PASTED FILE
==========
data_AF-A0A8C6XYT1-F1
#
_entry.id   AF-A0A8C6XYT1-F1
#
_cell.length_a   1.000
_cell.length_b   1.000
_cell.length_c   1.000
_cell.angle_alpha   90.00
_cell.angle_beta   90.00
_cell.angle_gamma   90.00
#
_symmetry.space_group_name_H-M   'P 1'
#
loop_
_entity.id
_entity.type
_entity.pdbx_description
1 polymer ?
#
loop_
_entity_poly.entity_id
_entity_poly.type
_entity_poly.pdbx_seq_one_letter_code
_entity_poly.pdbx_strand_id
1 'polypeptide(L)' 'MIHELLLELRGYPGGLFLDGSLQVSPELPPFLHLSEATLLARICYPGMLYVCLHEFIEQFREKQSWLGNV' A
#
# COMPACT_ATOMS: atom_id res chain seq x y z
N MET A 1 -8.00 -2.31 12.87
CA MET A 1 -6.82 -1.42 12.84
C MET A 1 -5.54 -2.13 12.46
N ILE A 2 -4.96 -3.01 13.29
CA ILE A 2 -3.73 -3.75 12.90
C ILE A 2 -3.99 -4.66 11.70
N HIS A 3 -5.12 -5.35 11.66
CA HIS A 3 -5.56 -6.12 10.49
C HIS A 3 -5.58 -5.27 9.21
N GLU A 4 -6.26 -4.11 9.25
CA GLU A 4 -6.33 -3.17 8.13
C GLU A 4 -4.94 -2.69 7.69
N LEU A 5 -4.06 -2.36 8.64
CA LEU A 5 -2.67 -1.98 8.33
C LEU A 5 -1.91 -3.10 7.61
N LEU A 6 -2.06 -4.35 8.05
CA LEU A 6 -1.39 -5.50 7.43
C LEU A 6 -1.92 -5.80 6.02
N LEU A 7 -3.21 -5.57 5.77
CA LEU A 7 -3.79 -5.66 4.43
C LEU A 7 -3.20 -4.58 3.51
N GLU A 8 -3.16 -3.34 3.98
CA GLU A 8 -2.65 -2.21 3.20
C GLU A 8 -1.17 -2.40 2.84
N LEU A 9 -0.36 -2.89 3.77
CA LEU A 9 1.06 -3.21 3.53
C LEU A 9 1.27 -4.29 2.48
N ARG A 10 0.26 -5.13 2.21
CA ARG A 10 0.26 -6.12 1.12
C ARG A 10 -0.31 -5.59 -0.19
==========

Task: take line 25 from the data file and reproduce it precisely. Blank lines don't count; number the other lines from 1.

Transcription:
1 'polypeptide(L)' 'MIHELLLELRGYPGGLFLDGSLQVSPELPPFLHLSEATLLARICYPGMLYVCLHEFIEQFREKQSWLGNV' A